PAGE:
Research

While very powerful, many current static analysis tools are misused or even abandoned because they are not written with the end-user in mind. My research focuses on improving the usability of analysis tools for code developers through different aspects that range from the analysis algorithm to the implementation of its framework to the usability of its interface. In particular, my research interests are scalable static analysis, usable tooling, and secure software engineering.

Below are a few projects I participated or am participating in, along with the artifacts generated during the projects.

VisuFlow

VisuFlow is a debugging environment designed to support static analysis writers understand and debug an analysis. It is written as an Eclipse plugin, and supports static data-flow analyses written on top of the Soot analysis framework.

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Just-in-Time Analysis

The Just-in-Time analysis concepts aims at making static analysis more usable to the end user, often the code developer. It allows analysis writers to encode prioritization properties into the analysis. At runtime, certain paths are analyzed before others, allowing important results to be returned first. CHEETAH is an implementation of the Just-in-Time analysis concept for taint analysis for Android applications. It is integrated in the Eclipse IDE as a plugin.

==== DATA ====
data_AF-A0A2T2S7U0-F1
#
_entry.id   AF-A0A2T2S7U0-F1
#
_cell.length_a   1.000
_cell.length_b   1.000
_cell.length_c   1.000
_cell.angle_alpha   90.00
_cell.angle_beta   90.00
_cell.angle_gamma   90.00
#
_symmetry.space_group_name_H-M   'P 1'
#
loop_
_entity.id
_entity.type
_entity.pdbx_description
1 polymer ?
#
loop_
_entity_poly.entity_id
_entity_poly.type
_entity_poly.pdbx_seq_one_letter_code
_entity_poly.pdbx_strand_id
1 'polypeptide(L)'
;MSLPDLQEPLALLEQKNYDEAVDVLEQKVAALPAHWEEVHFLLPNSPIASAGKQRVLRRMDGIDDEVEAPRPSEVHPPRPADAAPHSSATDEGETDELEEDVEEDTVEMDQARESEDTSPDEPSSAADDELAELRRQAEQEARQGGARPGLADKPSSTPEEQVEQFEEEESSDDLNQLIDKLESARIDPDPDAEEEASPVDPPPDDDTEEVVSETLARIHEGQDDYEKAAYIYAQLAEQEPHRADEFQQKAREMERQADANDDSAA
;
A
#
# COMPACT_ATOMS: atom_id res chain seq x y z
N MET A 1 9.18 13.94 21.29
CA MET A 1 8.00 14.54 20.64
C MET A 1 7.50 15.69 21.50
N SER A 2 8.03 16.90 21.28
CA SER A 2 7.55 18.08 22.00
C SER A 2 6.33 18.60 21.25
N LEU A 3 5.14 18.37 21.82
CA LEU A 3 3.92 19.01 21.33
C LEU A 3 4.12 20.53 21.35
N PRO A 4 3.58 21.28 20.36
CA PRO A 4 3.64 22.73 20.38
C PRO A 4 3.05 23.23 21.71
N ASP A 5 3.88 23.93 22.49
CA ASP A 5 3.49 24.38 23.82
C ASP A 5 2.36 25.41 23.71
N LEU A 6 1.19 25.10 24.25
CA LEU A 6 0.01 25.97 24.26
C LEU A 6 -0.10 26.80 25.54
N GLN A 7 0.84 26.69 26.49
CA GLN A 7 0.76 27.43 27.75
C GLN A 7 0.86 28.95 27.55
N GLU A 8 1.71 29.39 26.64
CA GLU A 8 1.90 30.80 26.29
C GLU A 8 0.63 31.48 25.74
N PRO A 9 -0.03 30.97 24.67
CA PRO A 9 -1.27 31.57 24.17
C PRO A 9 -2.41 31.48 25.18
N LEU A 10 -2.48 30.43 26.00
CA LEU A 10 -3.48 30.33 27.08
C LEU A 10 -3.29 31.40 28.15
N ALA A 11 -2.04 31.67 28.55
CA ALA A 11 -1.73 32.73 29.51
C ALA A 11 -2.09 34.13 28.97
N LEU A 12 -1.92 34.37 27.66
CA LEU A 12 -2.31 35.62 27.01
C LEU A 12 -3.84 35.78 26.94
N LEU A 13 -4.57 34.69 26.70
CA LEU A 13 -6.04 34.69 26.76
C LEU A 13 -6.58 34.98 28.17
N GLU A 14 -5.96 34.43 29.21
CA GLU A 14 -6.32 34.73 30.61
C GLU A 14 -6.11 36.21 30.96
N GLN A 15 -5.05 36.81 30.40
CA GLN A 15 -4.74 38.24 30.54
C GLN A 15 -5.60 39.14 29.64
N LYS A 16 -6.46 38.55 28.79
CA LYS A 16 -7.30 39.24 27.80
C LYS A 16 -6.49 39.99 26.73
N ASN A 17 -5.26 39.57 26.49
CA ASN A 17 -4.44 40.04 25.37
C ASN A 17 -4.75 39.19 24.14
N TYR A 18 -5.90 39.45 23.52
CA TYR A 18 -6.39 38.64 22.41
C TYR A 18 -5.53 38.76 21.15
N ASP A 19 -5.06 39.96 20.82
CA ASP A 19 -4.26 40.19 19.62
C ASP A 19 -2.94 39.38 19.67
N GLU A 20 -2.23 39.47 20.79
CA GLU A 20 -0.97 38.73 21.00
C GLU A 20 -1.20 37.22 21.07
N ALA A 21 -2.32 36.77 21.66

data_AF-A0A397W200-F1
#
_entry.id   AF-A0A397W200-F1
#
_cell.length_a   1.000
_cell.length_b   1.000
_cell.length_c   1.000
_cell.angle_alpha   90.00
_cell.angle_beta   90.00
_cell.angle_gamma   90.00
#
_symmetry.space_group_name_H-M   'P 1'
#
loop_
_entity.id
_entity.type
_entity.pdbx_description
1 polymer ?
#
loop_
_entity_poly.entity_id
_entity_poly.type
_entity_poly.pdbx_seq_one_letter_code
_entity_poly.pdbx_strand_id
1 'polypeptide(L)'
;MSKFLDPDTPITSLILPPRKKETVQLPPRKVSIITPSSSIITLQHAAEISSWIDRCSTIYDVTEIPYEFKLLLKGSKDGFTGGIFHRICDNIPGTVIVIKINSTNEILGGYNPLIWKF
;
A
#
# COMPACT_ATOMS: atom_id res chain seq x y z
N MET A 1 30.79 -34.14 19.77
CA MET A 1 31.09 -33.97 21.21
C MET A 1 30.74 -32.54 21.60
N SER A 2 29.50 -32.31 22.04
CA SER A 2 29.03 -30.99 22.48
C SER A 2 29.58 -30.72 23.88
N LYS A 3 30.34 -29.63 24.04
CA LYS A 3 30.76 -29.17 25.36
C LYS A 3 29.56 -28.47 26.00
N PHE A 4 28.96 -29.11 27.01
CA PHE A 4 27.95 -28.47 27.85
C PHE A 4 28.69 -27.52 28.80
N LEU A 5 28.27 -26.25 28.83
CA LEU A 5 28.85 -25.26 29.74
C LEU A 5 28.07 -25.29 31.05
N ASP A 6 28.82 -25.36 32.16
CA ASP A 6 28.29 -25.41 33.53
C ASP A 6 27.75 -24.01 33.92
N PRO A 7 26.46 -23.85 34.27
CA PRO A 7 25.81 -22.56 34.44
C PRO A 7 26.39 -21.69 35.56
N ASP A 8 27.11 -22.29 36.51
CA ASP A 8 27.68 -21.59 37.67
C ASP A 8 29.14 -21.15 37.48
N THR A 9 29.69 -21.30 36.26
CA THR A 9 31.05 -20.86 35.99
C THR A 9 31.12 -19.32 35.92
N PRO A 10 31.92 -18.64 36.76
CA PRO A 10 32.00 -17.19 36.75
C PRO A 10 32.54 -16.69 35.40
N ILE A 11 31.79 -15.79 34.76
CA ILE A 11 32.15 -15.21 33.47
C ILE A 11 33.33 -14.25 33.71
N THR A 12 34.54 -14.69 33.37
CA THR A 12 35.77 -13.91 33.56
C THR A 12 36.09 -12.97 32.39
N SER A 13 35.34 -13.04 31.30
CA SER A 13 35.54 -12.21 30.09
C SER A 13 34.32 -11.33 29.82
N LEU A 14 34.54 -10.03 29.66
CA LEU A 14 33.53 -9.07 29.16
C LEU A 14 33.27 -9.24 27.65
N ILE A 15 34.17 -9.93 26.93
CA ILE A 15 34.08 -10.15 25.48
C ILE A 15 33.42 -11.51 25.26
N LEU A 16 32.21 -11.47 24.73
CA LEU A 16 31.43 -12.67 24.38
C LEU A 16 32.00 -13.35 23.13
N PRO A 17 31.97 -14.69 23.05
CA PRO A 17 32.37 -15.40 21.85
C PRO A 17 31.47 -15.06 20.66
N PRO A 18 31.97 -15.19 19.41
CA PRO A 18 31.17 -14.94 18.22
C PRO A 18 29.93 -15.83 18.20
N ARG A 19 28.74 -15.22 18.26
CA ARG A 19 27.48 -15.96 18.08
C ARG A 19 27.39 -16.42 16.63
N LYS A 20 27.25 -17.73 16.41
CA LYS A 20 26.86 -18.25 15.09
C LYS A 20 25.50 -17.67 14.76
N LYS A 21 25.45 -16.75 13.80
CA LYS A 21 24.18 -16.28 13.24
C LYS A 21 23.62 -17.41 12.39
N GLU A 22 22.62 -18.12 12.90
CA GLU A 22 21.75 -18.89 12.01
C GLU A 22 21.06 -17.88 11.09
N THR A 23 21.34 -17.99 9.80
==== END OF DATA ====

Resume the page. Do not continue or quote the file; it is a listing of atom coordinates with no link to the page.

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Automated Benchmark Management

When empirically testing one’s tools, one can either use well established benchmark suites, create one’s own micro-benchmark, or mine open-source repositories for real-life projects. In the first case, benchmark suites are often created by hand for one single purpose and remain unchanged for years, making them ill-adapted to the tool under test, and non-representative of real-life software. In the second case, tool authors also crafting the benchmark is often considered a threat to the validity of the evaluation. The Automated Benchmark Management methodology has been designed to semi-automatically build and maintain benchmark collections that correspond to a user specification. It mines GitHub for up-to-date projects, runs user-specified filters, and rules out those projecs that do not fit, nor are not buildable. The final collection is the source code and executables of buildable, current, and user-specific GitHub projects.

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Boomerang

Pointer analysis is a building block of static analysis. Be it for building call graphs, or to guarantee the soundness of other analyses, points-to and alias information are important to provide. The format of points-to and alias analyses do not return all-alias information, meaning that in order to find all variables that alias to another, the user should iterate over all existing variables in the program, and query the analysis for each of them. Boomerang is the first analysis that provides all-alias sets. It is also an on-demand analysis, which allows it to return results quickly.

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